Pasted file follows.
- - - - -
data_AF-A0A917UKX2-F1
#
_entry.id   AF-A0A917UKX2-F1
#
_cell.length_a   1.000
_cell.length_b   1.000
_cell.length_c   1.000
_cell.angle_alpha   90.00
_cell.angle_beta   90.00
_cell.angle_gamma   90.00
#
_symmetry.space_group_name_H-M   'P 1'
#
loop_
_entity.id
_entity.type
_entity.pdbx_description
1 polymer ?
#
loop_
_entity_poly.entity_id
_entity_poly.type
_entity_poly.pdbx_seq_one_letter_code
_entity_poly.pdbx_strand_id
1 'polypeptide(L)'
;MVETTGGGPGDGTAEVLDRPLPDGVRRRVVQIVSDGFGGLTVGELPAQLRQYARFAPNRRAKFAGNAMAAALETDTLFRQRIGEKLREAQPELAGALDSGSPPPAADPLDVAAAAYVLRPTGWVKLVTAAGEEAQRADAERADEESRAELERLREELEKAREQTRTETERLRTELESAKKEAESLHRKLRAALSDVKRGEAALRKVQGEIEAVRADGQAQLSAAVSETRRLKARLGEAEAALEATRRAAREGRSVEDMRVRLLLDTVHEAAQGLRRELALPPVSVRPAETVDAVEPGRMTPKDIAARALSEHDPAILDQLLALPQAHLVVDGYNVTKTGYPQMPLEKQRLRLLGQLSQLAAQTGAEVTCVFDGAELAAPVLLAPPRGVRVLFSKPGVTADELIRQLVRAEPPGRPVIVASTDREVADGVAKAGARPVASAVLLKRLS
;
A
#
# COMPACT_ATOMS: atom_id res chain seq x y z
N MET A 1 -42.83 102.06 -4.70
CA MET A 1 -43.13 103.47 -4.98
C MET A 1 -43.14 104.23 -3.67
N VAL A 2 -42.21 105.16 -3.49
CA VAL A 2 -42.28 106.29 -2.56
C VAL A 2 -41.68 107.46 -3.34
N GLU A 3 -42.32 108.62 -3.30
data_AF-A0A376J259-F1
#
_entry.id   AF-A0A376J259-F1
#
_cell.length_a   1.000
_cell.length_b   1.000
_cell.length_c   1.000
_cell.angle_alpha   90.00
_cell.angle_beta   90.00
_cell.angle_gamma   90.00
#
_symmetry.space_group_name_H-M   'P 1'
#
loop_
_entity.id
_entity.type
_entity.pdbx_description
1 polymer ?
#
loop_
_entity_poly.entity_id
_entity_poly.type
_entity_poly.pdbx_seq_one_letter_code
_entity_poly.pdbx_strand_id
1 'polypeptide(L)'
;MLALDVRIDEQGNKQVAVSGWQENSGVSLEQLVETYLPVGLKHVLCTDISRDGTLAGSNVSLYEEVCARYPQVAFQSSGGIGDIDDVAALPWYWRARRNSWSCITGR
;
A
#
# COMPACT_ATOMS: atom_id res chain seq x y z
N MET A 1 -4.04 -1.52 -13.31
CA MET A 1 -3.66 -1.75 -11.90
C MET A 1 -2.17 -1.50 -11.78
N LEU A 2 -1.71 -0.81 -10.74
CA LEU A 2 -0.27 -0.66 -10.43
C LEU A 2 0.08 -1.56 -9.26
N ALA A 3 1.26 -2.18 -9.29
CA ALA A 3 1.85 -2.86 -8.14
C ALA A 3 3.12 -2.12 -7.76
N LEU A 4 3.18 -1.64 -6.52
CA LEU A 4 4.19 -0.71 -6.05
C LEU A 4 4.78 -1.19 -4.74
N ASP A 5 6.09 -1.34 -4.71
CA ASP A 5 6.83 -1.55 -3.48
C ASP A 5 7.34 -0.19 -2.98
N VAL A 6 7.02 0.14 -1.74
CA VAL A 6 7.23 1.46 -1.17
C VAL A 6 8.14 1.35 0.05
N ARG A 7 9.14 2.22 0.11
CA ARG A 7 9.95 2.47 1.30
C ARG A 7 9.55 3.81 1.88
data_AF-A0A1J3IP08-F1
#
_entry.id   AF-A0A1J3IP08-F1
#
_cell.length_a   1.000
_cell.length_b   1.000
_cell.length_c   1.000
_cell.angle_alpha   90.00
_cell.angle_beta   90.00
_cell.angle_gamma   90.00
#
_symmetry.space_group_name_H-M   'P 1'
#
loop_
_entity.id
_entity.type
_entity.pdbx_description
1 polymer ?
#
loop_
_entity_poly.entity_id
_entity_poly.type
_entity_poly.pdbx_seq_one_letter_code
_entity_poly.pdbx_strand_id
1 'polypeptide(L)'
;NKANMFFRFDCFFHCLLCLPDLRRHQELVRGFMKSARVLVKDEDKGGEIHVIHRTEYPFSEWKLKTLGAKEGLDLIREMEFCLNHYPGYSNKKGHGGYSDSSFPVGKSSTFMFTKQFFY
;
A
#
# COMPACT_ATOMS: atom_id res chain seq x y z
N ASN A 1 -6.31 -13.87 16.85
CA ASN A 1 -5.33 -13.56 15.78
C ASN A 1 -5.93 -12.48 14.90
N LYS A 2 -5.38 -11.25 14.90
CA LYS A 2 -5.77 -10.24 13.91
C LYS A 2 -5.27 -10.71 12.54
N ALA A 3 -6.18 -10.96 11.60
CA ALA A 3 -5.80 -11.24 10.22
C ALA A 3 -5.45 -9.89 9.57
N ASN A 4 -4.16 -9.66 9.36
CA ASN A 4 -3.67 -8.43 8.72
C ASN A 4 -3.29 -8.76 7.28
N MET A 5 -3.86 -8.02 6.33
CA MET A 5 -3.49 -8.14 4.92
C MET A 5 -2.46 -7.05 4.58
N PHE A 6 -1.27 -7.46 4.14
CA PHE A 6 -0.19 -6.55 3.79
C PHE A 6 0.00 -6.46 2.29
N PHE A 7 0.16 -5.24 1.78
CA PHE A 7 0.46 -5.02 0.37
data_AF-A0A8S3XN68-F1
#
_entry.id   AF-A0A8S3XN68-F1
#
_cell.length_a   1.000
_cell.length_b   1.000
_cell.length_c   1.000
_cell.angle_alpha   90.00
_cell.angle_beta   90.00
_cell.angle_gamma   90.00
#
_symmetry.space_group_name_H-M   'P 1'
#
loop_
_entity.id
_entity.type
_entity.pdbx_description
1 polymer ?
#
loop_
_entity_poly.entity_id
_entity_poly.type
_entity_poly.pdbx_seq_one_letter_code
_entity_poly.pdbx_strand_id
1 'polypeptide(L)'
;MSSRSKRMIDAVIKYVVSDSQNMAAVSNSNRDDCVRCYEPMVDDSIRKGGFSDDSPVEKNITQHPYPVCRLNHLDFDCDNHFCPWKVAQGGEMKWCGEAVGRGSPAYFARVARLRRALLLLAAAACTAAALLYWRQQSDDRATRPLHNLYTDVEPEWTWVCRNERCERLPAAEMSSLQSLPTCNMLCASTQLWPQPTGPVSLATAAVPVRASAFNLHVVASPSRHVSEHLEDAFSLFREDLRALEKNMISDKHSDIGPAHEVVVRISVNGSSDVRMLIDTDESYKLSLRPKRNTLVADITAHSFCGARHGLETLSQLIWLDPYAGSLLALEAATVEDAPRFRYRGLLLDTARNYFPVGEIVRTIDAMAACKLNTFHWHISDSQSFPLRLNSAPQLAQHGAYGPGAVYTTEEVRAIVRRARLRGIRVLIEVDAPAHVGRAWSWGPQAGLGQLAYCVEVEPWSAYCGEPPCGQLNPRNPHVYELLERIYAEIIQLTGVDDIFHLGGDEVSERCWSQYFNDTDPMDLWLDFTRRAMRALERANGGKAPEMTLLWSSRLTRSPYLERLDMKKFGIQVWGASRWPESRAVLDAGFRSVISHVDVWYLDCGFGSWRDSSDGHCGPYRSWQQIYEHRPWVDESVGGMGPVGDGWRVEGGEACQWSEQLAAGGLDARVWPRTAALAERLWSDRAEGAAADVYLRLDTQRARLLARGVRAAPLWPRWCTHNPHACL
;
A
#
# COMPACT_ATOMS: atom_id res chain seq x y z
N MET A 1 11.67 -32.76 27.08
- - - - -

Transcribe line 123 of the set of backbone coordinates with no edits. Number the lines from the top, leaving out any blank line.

CA LYS A 2 -5.77 -10.24 13.91